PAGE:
With Thanksgiving on the calendar this month, I’m devoting my column to naming some of the things I’m grateful for.
In the past, I’ve read posts on Facebook where people listed something they were thankful for each day during November. Some of it was pure fluff, like “I am thankful for green grass.”
Others were quite moving, like “I am thankful for my paycheck (even if my wife does spend most of it on new shoes for herself.)” OK. That last one was from Russell, but I was able to delete it before it was posted.
For starters, I’m grateful for 10 continuous and fabulous years of writing this column for Columbia County Magazine. Woo-hoo! Who would’ve ever thought on that fateful day when Kristy Johnson and I were chatting that she would offer me this fabulous gig! To Kristy and everyone at the magazine, I say thank you.
I’m extremely thankful for you readers, too, who let me share my stories and who attend my book signings and speaking engagements. For me, it pays off in more ways than one — new friends, new readers and new adventures.
I’m grateful for two beautiful daughters who give Russell and I so much love, joy and happiness. And two precious granddaughters who do the same.
I’m so appreciative that both of my parents are still living. At age 86, they are relatively healthy, all things considered. We’re fortunate to live only an hour away from them, so that means lots of visits.
Though I’m grateful that our daughter, Katie, has a job she adores in the nursing field and a husband she is madly in love with, I am sad that they moved to Charlotte for their medical careers. On the plus side, we’ll get to visit often, which is always fun.
I am thankful for the many friends that Russell and I have made through our church, our neighborhood and our jobs. And I’m very grateful that both we have reconnected with old friends.
Through Facebook, I found my BFF from high school, Carol, and we are now neighbors living a half-mile apart. We don’t see each other every day, but when we do, it’s like no time has passed. Russell has reconnected through Google with old college roommates from the mid-70s, and we’ve attended ballgames and dinner together.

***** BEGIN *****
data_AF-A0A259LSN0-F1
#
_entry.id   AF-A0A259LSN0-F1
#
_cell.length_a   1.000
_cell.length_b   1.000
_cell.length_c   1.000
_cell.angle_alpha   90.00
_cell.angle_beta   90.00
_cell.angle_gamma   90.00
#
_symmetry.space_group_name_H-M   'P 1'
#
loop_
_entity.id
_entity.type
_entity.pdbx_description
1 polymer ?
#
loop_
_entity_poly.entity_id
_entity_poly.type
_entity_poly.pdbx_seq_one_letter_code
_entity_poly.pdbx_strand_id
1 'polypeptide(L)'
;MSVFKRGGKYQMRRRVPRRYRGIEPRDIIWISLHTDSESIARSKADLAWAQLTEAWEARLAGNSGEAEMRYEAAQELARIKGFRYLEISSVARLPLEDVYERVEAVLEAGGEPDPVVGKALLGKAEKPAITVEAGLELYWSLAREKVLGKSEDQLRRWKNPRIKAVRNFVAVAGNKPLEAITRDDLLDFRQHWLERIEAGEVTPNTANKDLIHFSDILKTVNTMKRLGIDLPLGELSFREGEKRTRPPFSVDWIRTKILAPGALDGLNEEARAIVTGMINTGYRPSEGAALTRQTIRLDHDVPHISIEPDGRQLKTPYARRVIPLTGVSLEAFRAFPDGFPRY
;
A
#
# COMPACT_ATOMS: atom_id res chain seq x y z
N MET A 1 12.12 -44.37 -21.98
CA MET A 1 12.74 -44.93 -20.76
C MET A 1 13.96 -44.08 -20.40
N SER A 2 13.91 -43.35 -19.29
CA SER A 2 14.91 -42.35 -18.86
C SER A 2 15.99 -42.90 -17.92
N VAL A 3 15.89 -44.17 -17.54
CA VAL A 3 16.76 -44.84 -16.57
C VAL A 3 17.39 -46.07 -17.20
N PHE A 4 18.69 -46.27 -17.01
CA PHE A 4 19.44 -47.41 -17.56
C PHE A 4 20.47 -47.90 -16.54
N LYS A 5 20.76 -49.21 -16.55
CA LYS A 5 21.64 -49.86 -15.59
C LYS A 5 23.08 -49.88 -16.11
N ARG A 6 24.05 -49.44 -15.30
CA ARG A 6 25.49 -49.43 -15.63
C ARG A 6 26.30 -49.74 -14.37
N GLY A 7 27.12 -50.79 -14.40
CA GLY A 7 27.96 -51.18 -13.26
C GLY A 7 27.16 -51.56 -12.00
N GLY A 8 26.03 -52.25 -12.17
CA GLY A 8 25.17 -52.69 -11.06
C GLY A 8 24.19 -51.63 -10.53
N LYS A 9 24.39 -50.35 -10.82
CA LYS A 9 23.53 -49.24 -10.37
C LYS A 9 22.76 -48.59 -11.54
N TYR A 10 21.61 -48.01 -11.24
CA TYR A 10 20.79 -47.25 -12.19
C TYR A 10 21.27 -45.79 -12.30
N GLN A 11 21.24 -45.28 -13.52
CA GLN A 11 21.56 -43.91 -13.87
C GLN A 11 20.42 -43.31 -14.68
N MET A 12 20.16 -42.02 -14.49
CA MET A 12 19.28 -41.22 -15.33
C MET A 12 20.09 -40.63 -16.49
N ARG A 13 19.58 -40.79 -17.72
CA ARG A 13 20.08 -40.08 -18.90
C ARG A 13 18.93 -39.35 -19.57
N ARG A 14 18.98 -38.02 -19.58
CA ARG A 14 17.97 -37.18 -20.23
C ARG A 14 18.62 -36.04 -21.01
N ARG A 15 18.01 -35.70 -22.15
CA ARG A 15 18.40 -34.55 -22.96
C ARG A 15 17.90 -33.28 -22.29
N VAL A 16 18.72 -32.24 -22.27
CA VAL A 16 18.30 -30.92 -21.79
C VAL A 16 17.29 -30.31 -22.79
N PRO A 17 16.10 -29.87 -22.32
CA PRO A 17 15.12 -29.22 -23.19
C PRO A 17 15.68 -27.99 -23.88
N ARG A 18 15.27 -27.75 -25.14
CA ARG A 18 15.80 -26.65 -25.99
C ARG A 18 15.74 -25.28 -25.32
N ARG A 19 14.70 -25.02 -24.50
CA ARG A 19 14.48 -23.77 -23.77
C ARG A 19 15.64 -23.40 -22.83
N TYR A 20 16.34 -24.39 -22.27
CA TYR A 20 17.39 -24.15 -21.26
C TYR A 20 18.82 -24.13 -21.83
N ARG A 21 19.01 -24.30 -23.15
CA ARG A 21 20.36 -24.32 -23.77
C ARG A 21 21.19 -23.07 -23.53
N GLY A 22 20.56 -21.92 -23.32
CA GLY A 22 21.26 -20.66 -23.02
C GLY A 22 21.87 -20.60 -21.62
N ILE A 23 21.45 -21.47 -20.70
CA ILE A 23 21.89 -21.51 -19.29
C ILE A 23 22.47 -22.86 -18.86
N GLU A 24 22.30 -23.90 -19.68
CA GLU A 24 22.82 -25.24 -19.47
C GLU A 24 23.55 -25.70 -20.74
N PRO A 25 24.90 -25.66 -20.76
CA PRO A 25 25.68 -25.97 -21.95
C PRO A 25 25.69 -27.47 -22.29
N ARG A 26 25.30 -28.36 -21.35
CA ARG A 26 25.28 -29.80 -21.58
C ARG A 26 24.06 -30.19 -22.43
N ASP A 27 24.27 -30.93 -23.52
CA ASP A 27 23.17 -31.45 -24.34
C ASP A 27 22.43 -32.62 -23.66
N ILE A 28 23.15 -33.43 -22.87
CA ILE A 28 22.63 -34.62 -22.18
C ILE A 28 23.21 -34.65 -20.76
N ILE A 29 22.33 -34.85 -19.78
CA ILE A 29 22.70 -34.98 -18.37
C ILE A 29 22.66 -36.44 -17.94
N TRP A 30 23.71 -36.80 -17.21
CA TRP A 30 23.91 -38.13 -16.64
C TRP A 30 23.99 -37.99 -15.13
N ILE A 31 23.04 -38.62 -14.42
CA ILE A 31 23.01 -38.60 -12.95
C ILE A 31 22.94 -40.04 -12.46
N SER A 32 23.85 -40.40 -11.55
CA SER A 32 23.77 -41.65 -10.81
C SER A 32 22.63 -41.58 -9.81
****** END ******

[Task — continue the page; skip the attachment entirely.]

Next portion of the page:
Now while Thanksgiving is the time to share food and fun with family and friends, some of our Thanksgiving pasts — meals, that is — have not turned out so well. After having poor, inedible turkeys due to things like me catching the oven on fire or undercooking the meat, we have what our family now calls the Thanksgiving Hex. Even when we desperately secured a restaurant to cook our turkey one year, it was botched because they accidentally left the giblets in paper inside the cavity. Good thing we also cooked a ham.
Then there was the year we got food poisoning when we decided to eat Thanksgiving dinner at a restaurant at the beach. And the year we roasted a turkey over hickory chips only to be left with a dried up, pitiful-looking pile of what I can only describe as sawdust.
So this Thanksgiving, let me tell you that I am especially grateful for Katie’s in-laws, Doreen and Nick, who will be cooking the holiday meal for everyone at their beautiful home.
I’ll be bringing a few of my favorite dishes, but thankfully — for everyone involved — turkey is not one of them.